"Paint It Black" (originally released as "Paint It, Black") is a song by the English rock band the Rolling Stones. Jointly credited to songwriting partnership of Mick Jagger and Keith Richards, it was first released as a single on 6 May 1966 and was later included as the opening track to the US version of their 1966 album, "Aftermath".
"Paint It Black" reached number one in both the Billboard Hot 100 and UK Singles Chart. The song became the Rolling Stones' third number one hit single in the US and sixth in the UK. Since its initial release, the song has remained influential as the first number one hit featuring a sitar, particularly in the UK where it has charted on two other occasions, and has been the subject of multiple cover versions, compilation albums, and film appearances.
Background and composition
The song's lyrics are, for the most part, meant to describe bleakness and depression through the use of colour-based metaphors. Initially, "Paint It Black" was written as a standard pop arrangement, humorously compared by Mick Jagger to "Songs for Jewish weddings". The song describes the extreme grief suffered by one stunned by the sudden and unexpected loss of wife, lover or partner. It is often claimed that Jagger took inspiration from novelist James Joyce's 1922 book, Ulysses, taking the excerpt, "I have to turn my head until my darkness goes", referring to the novel's theme of a worldwide view of desperation and desolation. The song itself came to fruition when the band's member Brian Jones took an interest in Moroccan music. It was their first song to feature a sitar instrumental. "Paint It Black" came at a pivotal period in The Rolling Stones' recording history, a time that saw the songwriting collaboration of Jagger and Keith Richards assert itself as the principal composer of the band's original material. This is evident in the Aftermath sessions, where, for the first time, the duo penned the complete track list. In addition, Brian Jones, overshadowed by Jagger and Richards, grew bored with attempting to write songs, as well as conventional guitar melodies. To alleviate the boredom, Jones explored eastern instruments, more specifically the sitar, to bolster the group's musical texture and complexity. A multi-instrumentalist, Jones was able to develop a tune from the sitar in a short amount of time, largely due to his studies under Ravi Shankar's disciple, Harihor Rao. Not long after a discussion with George Harrison, who had recently recorded sitar in "Norwegian Wood", Jones arranged basic melodies with the instrument that, over time, morphed into the one featured in "Paint It Black".
The master take of "Paint It Black" was recorded on 8 March 1966, at RCA Studios in Los Angeles, with record producer Andrew Loog Oldham present throughout the process. Much of the early recorded arrangements, and keys of the track were modeled after The Animals' version of "The House of the Rising Sun", but The Rolling Stones were unsatisfied with the song, and considered scrapping it. However, while twiddling with a Hammond organ, Bill Wyman searched for a heavier bass sound, while playing the part on his knees. Wyman's playing clicked with the group, and inspired the up-tempo and Eastern pentatonic melody. By all accounts, the sitar was brought into the mix when Harihar Rao happened to walk in the studio with the instrument in hand.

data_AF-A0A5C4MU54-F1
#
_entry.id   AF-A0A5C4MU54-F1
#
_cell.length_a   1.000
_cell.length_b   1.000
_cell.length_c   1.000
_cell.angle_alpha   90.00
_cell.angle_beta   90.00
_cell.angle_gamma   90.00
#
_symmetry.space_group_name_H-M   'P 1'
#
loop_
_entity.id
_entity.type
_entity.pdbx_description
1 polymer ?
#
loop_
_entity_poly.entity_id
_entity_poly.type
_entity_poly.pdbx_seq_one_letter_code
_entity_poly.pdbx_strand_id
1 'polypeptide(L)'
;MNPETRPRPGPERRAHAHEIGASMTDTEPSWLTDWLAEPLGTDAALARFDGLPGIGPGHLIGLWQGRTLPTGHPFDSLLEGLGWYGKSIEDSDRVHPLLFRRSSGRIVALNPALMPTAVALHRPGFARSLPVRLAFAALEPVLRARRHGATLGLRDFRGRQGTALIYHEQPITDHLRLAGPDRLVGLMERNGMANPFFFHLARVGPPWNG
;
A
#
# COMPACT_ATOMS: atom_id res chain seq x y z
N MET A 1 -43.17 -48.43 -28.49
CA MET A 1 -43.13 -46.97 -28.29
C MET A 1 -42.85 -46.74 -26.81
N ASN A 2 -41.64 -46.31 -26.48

The sitar was featured in the song. However, contrary to popular belief, the opening riff is played by Keith Richards on guitar, as seen on The Ed Sullivan show and other live performances of the time. Jones' sitar is still heard throughout the song. In his book Brian Jones: The Making of the Rolling Stones, Paul Trynka has noted that the influence of Harrison's sitar playing, and, in particular, The Beatles' song "Norwegian Wood" on the "Rubber Soul" album, draws parallels in "Paint It Black" - most noticeably in Jones' droning sitar melody. In response to claims that he was merely imitating the Beatles, however, Jones said: "What utter rubbish!" His sitar part on the track immediately became influential in developing a whole subgenre of minor-key psychedelic music. Coupled with this striking instrumental motif, it is complemented by Jagger's droning, and slight nasal vocalization. In addition, "Paint It Black" was highlighted by Wyman's heavy bass, Charlie Watts's low-pitch drumming, and Richards' bolero-driven acoustic guitar outro. Soon after, Richards noted that the conclusion of the track was over-recorded, and a different guitar could have potentially improved the song.
"Paint It Black" was released to the US on 7 May 1966, reaching number one on the Billboard Hot 100 during a stay of 11 weeks. In the UK, the song was released on 13 May 1966, and also became a number one hit on the UK Singles Chart throughout a chart stay of ten weeks. It was originally released as "Paint It, Black", the comma being an error by Decca Records, but, nonetheless, stirred controversy among fans over its racial interpretation. Upon further reissues to the UK in 1990 and 2007, "Paint It Black" charted at number 61 and 70, respectively.
- Mick Jagger – lead vocals
- Keith Richards – electric and acoustic guitars, backing vocals
- Brian Jones – sitar
- Bill Wyman – bass
- Charlie Watts – drums
The Rolling Stones - Paint It Black / Long Long While
UK Decca F 12395 (1966).
Record produced by Andrew Loog Oldham.
The vinyl record attains a strong excellent grading, suggesting few plays.
Audio quality is very clear and strong throughout.
Both record centre labels are clean, unmarked, and free from tears, stains or stickers.
The record centre hole displays no signs of spindle wear.
The record comes with an original company paper sleeve.